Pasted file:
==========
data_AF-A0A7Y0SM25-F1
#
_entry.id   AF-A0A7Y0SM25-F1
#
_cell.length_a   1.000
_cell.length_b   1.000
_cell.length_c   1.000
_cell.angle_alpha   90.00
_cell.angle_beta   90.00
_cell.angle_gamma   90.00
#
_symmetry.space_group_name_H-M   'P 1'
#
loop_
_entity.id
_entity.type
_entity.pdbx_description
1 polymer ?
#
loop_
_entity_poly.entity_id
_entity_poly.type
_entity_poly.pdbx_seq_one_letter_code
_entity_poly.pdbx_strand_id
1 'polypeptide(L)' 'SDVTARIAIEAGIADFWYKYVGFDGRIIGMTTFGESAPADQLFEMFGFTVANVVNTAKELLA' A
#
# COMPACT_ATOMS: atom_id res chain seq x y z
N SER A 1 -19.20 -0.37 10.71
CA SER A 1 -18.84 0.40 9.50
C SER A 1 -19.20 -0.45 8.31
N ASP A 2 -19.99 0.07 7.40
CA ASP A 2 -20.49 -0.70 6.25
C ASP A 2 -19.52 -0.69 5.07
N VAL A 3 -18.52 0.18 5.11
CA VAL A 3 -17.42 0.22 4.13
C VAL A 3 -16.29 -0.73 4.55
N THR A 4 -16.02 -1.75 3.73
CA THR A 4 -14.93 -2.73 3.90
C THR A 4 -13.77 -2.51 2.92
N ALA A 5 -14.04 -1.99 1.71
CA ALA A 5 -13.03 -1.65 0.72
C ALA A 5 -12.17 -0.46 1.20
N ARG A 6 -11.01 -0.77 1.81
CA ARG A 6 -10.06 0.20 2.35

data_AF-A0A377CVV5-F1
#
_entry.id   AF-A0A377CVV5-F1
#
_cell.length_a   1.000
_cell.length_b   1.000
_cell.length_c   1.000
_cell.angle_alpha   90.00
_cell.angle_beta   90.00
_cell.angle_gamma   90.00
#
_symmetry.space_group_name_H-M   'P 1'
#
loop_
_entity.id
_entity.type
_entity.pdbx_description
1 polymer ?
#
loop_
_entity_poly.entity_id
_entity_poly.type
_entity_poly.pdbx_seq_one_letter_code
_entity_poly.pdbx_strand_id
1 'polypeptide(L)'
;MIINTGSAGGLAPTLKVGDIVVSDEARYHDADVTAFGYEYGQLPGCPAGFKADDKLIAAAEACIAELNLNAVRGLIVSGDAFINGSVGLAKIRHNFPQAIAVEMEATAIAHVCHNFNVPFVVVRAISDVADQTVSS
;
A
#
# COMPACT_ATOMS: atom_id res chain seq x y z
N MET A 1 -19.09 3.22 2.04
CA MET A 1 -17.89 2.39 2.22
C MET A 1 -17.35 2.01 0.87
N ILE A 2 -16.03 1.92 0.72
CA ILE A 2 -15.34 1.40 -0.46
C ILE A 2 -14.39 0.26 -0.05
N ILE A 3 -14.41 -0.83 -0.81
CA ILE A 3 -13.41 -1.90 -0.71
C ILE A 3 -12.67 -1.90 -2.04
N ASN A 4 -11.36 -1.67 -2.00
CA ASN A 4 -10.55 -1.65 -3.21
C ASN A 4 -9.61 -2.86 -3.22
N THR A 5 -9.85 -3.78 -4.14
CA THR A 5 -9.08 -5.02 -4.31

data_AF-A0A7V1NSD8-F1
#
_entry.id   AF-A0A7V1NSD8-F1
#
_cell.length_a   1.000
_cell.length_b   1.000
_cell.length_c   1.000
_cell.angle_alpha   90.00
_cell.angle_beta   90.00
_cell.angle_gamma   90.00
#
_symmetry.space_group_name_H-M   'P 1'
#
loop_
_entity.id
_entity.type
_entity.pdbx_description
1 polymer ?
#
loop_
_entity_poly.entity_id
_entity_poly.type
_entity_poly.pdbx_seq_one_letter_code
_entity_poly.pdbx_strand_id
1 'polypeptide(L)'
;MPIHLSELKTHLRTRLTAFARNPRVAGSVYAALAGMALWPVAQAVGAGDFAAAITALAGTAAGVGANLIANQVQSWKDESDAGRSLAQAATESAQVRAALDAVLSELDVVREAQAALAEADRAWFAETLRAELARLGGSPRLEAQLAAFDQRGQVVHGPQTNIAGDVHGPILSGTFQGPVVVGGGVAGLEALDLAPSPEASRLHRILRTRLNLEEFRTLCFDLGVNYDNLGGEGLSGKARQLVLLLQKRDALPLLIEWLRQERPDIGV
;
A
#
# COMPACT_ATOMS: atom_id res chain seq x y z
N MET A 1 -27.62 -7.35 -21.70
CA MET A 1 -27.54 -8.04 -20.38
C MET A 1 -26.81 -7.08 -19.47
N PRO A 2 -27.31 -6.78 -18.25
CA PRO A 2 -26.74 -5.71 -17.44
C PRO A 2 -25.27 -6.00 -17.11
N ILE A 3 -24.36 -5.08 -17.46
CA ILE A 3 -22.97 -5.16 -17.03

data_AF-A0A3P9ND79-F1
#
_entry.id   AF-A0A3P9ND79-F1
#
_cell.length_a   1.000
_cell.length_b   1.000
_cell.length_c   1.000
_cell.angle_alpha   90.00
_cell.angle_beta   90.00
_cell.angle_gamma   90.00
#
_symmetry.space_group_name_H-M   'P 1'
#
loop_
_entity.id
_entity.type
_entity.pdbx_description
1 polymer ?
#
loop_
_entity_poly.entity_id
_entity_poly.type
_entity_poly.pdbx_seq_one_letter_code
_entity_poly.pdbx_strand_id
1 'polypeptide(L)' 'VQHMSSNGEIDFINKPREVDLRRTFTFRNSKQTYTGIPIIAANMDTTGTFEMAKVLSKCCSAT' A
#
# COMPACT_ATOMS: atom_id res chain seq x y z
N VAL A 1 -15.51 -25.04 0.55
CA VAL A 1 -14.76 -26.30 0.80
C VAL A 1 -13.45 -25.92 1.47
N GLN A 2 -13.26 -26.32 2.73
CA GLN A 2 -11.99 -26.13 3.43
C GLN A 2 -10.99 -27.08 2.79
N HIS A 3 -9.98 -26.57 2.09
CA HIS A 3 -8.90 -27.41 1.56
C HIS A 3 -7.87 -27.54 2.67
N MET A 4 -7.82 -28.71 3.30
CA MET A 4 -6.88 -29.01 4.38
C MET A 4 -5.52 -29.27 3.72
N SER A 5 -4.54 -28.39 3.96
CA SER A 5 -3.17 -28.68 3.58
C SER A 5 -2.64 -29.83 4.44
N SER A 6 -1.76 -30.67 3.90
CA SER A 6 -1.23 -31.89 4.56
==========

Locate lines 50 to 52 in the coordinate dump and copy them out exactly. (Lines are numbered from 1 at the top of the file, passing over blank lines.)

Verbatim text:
_cell.length_b   1.000
_cell.length_c   1.000
_cell.angle_alpha   90.00